[tz] switches at 1883-11-18 at the same instant
Brian.Inglis at SystematicSw.ab.ca
Tue Mar 20 04:56:47 UTC 2018
On 2018-03-19 16:51, Paul Eggert wrote:
> On 03/19/2018 03:09 PM, Michael H Deckers via tz wrote:
>> the switch was done at a single instant, when UT was 1883-11-18 + 18 h.
>> This differs from the current description in tzdb which uses different
>> instants for different target time zones -- not a likely choice for
>> simplifying a nationwide railway schedule.
> But we have a reliable eyewitness account that New York had two noons that day.
> See the quotation from William F. Allen in the "northamerica" file, taken from
> Bartky's 1989 paper <http://dx.doi.org/10.2307/3105430>. So the New York switch
> cannot have been at 18:00 GMT that day, as that would have meant two instances
> of 13:00, not two instances of 12:00. Bartky writes that it was called the "day
> of two noons" because eastern parts of the new zones observed noon twice, which
> wouldn't have happened if everyone switched at 18:00 GMT.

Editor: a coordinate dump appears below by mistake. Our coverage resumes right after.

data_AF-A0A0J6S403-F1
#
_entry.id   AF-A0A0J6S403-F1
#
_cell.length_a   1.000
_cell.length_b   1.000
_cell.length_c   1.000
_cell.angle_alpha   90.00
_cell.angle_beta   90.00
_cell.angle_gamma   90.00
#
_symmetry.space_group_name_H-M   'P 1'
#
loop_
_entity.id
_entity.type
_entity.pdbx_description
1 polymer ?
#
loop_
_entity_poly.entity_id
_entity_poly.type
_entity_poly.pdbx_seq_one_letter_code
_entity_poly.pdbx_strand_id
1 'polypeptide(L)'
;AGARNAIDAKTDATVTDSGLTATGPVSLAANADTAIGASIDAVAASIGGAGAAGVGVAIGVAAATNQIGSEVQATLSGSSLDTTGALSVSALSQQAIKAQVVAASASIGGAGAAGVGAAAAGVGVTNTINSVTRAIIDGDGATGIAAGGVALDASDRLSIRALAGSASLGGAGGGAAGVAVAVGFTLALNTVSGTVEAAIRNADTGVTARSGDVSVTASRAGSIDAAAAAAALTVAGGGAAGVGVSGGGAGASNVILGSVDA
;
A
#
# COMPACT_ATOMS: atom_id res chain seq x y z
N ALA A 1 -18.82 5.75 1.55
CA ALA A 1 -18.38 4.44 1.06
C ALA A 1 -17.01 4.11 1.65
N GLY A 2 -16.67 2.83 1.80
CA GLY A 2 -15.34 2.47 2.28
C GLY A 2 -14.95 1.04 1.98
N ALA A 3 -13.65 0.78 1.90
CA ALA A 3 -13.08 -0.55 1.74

> Allen also wrote that New York got its time signal from the Naval Observatory,
> not from the Allegheny Observatory. Back then, different observatories were
> competing for the time-setting business. Perhaps the SpaceWatchtower sources
> included Allegheny partisans? (It's hard to tell from its source list.)
> It's possible that parts of the US switched at around 12:00 local time while
> other parts switched at 18:00 GMT; but if that's the case, I'd like sources for
> which parts switched which way.
Civil time zone acceptance and standardization often lagged railway time zone
standardization by years. A recent post documented Paris railway station clocks
showing railway time inside and civil time outside 5 minutes apart IIRC. Clock
towers in a number of locations are documented having two minute hands to show
both local and standard times, until using standard time became a commonly
accepted practice in that locale.
The time zone db documents common civil practice not industry practices; for
example, North American natural gas flows according to industry practice in a
year starting Nov 1 and day starting 09.00 CT: time zones in North America would
be greatly simplified if every industry followed this model and used CT. ;^>
Take care. Thanks, Brian Inglis, Calgary, Alberta, Canada
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